It has been some time since I have published a blog on here or anywhere but I found myself, on this rainy day here in Washington, contemplating many things that I have been through. I have been helping a woman and her school overseas for almost 3 years now and I admit that I went into this blindly, with no expectations and no experience. It has been almost 3 years and I have learned so much that I know one day I will write a book because this work has impacted me and those around me on every level.
Last year I went to Pakistan. Before going to Pakistan I did a lot of research but that still didn't prepare me for the real thing. Nothing can prepare you for the real thing but I was mentally ready in many respects. I focused on many aspects of their society and culture in the course of my research and as a result of this I had mixed feelings.
When I finally did decide to go over there I went there with an understanding of their culture, beliefs and values but I chose to go without any judgement. I believe in energy and I believe that if you go having many judgments that will color your experience differently. So I remained neutral, fully knowing that I honestly had little to no control over much going over there, as as single young American having to rely on those I knew around me for everything.
I flew over there feeling like I was being born into the world again and that is basically what it was. I flew over there with no intentions or plans of imposing my beliefs on anyone there. I kept an open mind with no judgments as well. I was a child being born into the world again, their world.
In light of this I want to explain how complicated humanitarian work can get when you involve many people and you start to branch out in the world. There are many ideas, perceptions and opinions from people everywhere about what it means to be a humanitarian worker and to be white. One would think that this is a good thing but sometimes it can be used against you. This has happened to me.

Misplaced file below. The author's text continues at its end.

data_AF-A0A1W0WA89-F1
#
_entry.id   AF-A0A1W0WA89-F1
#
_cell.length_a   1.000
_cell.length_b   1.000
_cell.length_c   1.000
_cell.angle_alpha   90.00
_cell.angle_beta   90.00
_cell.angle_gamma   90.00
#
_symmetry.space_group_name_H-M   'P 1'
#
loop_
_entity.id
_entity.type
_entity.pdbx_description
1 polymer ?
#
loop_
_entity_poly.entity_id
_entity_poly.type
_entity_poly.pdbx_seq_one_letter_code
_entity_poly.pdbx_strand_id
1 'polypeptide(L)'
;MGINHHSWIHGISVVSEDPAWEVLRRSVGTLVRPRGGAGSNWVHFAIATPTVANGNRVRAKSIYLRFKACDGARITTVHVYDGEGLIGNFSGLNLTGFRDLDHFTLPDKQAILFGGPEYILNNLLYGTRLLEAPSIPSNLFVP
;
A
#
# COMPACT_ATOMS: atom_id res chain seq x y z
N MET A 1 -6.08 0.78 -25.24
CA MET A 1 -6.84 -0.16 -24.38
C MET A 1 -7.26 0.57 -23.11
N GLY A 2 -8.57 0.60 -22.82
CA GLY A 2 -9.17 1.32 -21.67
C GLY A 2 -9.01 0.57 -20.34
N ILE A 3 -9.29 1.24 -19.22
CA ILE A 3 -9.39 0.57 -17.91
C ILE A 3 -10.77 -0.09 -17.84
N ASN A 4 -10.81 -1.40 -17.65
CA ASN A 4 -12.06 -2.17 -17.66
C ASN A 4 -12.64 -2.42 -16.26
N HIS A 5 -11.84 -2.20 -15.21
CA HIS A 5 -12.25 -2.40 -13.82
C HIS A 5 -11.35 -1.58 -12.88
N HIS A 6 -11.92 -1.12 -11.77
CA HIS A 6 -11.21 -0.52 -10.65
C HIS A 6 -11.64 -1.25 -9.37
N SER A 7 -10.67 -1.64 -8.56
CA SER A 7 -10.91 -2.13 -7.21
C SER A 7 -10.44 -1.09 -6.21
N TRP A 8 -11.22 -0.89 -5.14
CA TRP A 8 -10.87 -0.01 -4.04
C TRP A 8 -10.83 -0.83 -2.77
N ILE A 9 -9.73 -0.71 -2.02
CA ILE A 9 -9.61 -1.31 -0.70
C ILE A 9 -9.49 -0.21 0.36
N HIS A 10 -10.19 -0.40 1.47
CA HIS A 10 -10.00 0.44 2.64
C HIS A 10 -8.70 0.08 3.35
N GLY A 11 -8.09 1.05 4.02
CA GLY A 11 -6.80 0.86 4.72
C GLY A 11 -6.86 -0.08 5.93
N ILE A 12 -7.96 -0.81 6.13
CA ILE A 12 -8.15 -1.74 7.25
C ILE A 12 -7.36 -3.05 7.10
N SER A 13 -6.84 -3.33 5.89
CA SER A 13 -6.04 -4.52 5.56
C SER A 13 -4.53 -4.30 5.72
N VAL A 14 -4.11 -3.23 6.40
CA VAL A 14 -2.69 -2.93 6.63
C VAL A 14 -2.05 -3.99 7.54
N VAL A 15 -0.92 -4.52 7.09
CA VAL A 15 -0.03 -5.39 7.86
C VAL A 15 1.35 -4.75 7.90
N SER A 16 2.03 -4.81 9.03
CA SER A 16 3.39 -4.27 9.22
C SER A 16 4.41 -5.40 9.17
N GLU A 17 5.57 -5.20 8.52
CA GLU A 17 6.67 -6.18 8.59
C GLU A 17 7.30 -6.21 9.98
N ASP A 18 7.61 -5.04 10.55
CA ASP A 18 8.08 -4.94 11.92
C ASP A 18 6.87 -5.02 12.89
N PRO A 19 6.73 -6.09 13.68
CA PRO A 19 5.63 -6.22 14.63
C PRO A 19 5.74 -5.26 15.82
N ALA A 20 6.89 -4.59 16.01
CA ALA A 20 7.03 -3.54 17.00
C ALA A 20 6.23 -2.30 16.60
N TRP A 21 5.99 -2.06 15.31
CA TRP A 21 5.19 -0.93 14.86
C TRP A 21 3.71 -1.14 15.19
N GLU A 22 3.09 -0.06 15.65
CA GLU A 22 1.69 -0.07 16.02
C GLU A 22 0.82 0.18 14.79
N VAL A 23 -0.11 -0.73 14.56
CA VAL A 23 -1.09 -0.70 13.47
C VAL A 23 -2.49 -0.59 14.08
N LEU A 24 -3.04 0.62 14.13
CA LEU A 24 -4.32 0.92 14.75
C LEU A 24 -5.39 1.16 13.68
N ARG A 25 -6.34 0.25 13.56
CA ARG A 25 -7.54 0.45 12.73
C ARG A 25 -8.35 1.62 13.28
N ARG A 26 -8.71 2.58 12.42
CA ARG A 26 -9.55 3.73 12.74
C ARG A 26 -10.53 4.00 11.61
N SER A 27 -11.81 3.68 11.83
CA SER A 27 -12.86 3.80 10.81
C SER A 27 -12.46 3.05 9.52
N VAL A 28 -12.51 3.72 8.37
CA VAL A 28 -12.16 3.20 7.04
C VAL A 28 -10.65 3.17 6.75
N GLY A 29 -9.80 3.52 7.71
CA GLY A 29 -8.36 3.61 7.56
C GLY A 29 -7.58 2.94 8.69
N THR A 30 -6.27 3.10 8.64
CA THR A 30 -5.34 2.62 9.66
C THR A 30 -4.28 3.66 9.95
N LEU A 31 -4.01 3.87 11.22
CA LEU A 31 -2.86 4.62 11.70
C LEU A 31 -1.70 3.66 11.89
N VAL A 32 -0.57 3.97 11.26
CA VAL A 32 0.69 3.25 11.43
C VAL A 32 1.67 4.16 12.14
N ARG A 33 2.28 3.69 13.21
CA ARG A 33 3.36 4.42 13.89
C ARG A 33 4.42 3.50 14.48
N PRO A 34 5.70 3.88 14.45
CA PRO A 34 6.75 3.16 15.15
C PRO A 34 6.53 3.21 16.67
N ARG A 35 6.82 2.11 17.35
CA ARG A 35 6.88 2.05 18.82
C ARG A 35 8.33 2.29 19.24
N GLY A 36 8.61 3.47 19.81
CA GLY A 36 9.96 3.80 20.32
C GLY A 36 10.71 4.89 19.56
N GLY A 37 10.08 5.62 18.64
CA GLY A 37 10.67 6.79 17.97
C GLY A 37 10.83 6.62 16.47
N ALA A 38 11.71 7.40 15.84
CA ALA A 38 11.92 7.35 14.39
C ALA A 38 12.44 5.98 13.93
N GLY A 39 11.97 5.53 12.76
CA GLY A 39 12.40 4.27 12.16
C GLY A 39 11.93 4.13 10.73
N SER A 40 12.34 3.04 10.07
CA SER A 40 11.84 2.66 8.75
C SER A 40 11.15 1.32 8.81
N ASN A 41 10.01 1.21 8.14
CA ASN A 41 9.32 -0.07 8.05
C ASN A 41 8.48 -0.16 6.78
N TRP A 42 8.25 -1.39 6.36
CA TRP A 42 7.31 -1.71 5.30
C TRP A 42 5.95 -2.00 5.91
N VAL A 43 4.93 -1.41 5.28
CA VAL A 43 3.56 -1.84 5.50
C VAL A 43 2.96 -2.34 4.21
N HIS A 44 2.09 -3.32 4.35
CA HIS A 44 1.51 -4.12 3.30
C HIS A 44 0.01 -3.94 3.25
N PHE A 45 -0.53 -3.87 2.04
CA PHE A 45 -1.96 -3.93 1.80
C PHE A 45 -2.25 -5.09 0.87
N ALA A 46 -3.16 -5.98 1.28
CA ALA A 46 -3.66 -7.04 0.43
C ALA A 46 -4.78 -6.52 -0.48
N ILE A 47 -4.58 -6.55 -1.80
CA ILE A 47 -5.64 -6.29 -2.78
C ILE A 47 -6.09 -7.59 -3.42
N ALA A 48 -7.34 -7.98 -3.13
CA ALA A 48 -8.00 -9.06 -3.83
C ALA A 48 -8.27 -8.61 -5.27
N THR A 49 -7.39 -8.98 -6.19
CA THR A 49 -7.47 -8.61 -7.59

I will not name names but I used to work with a group of people who help immigrants and refugees in addition to the humanitarian work that I do for Sister Zeph. I knew them for over a year and the leader always praised me for the humanitarian work that I do. These people were from different backgrounds, ethnic backgrounds and countries that are a part of this group but the leader is American.
After I had been with them for some time they did a review of me and my work/ teaching. That is when I saw the other side of humanitarian work. After the review we talked about humanitarian work and the leader and another person (that reviewed me) both called me a white savior, told me that I was imposing my way of life on people that I help and basically told me that I was being racist by wanting to help the people so much.
I have also been told by people close to me that what I do basically doesn't matter because the people I have been helping have lived that way for thousands of years and there is no point in trying to change it.
I have several things to say in regards to this:
- It insults me to be called racist because I want to help people in developing countries but the reality is that some people think this
- I am not a white savior- I am not claiming to save anyone. At the end of the day it's the people themselves that have to make real changes. I cannot go into any country and force real change.
- I am not trying to change a culture. I am simply helping support a woman in her own culture that is making changes. I don't force or impose any "Western changes" unless she explicitly asks me to teach them something related to my culture or they ask themselves.
- If the people over there want change then they should get support in that process
- Adopting children from any country is not racist
- Just because I am white does not mean that I am some sort of savior or that I can fix anyones problems and it especially does not mean that I am above anyone else in this world.
In light of all of this I am going to share a post I recently created for my cultural anthropology class. I was asked if I thought that cultural relativism can co-exist with universal human rights. This is a huge question which everyone who is into humanitarian work should contemplate.
What is cultural relativism?
Cultural relativism is the idea that a person's beliefs, values, and practices should be understood based on that person's own culture, rather than judged against the criteria of another.
I ask of you all reading this:
Can we go into another culture and judge them based on our own beliefs and values?